Mayonnaise and I have only recently become friends. I spend most of my life eschewing it, preferring anything else on my sandwiches or burgers to the unappetizing white blobby stuff in that blue-lidded jar. I wouldn't eat tuna salad if it was mayo-based, my deviled eggs were to be made with mustard only, and I didn't eat guacamole for the longest time because I had never seen an avocado and I was sure that it could only be that creamy from the addition of the dreaded ingredient.
Oh, how sad and empty my life has been! I've learned how incredibly, completely wrong I was and now I find myself adding mayo to my tuna, to my deviled eggs, and creating dips out of mayo and hardly anything else. I'm still skeptical that it belongs on sandwiches or burgers but I'll happily dip my fries in it!
So how did I get reeducated? Through aioli! This garlicky, lemony sauce was the gateway condiment that showed me just what magic happens when you emulsify egg yolks and oil together. I remember my last meal in Boston five years ago with my sister when the server dropped of a platter of fried artichoke hearts and lemon aioli. I think I hesitated for two seconds before I started reasoning that a condiment made up of three or four simple ingredients couldn't be that bad, or really, bear any resemblance to that jarred stuff, and I eagerly dug in. Fast forward to now, and I've since embraced all of it, aioli, mayonnaise, or what have you, jarred or homemade. I don't think you'll ever see me eat it out of the jar by the spoonful like my grandmother used to (gag), but I'd say I've been converted.
When I wanted to make my own I decided to start with the best source I knew, Julia Child herself. However, I found myself reading an aioli recipe that called for soaked bread and a giant mortar and pestle, so I opted instead to roughly follow her mayonnaise recipe, and continue with the modern trend of calling any flavored mayonnaise aioli, traditional ingredients or not. After looking at a few mayonnaise and aioli recipes online, my version seems to use a smaller amount of oil, but one thing I took from Julia is the warning that until you are a mayonnaise master, its best to err with the lower quantity, so that's what I chose to do.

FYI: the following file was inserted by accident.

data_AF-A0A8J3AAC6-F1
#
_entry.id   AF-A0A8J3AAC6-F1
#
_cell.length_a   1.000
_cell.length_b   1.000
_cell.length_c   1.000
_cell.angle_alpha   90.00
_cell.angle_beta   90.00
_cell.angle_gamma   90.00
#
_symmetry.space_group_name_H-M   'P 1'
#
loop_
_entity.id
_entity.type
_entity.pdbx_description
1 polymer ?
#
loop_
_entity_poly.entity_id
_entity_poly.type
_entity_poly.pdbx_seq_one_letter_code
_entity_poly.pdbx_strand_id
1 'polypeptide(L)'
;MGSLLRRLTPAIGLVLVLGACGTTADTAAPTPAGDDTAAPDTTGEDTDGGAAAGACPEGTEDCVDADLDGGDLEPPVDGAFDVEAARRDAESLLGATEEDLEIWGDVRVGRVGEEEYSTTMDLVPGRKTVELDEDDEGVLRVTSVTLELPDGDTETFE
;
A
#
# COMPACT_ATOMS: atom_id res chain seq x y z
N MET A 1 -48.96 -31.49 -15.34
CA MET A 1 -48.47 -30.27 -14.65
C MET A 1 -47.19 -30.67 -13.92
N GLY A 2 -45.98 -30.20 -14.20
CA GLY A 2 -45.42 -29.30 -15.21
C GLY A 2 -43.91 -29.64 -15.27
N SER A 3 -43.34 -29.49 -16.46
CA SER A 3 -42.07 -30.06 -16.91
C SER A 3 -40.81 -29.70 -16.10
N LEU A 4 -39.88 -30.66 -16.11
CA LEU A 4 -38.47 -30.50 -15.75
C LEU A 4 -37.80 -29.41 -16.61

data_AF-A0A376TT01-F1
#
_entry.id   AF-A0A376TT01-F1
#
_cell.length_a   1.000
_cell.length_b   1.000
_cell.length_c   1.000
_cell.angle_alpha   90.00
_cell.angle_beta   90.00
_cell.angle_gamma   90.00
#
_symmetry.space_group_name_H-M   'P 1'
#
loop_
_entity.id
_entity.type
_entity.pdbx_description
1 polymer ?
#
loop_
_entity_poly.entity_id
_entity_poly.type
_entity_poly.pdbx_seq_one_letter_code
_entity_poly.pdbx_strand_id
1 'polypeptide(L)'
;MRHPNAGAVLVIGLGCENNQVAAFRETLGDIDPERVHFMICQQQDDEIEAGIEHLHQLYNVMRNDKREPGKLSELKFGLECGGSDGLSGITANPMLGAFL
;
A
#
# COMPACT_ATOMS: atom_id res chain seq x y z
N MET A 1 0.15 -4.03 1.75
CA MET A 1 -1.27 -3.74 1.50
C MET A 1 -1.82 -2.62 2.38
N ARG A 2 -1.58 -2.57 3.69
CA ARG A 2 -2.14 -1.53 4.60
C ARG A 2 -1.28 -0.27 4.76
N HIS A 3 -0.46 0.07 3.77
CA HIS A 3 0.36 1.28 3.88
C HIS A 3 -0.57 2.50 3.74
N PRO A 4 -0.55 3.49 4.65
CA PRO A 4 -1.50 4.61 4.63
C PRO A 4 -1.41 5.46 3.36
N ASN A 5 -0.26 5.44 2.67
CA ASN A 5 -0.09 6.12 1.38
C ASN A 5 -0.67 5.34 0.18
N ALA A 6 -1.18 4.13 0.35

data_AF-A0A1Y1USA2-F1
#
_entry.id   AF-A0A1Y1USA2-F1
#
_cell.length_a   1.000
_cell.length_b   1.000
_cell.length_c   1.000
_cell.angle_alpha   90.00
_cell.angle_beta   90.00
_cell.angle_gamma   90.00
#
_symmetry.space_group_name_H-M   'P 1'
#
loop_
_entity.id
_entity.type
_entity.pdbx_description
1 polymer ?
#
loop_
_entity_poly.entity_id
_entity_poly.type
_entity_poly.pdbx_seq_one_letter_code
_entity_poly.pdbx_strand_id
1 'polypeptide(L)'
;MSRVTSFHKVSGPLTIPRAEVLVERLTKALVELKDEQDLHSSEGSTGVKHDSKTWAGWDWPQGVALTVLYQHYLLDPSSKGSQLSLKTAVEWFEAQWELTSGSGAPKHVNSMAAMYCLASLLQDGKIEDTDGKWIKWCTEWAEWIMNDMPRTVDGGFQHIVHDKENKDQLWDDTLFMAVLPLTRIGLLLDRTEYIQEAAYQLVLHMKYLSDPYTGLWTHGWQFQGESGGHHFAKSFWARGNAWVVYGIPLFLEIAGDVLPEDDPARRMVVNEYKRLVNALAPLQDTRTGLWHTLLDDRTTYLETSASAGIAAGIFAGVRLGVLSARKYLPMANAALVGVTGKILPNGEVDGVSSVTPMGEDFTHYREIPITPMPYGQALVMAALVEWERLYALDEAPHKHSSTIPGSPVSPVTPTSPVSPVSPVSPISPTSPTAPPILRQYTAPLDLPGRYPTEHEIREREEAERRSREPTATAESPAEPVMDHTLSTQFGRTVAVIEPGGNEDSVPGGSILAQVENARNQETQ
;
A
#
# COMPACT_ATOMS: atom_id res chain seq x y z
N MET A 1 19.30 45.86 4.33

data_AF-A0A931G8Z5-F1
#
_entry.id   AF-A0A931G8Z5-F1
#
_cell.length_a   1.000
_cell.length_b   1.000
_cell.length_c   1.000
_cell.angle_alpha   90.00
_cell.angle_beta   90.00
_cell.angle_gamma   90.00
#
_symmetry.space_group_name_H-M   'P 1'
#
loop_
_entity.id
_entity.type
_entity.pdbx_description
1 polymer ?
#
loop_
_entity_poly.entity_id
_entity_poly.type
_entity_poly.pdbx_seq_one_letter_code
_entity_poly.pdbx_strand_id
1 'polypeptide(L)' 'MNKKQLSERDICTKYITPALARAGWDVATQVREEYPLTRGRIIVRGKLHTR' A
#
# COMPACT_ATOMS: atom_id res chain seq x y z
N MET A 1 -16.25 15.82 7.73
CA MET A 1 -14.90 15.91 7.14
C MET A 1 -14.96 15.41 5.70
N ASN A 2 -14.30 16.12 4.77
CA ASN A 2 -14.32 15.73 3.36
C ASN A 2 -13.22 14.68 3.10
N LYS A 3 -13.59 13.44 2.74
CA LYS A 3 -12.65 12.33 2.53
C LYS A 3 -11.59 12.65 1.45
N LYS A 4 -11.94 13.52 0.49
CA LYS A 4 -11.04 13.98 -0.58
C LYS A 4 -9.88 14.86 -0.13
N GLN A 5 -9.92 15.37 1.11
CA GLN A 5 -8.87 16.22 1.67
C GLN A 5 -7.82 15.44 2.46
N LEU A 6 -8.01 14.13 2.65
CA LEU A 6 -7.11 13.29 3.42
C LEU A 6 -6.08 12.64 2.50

It came out terrifically, perfect as a spread on lamb sandwiches or as a dip for merguez corn dogs.
Preserved Lemon Aioli Recipe
Loosely adapted from Julia Child.
Makes about 1 cup
1 egg yolk
1 clove garlic
1 tbs preserved lemon, chopped
1/2 tbs lemon juice
1/2 cup olive oil (or up to 3/4 cup)
With a mortar and pestle or with the flat of a knife on a cutting board, mash together garlic and salt to form a paste. Add in the preserved lemon and mash to combine.
In a medium bowl, whisk together egg yolk, lemon juice, and garlic mixture until combined, then slowly begin incorporating the oil. Whisk in oil, one drop at a time at first (I found it's easy to drip it off of a small spoon), until mixture begins to emulsify and thicken. Once the mixture has thickened considerably, add the oil in a thin stream, whisking constantly, until completely incorporated.
Serve as a condiment as desired. The aioli can be stored in the refrigerator for a few days.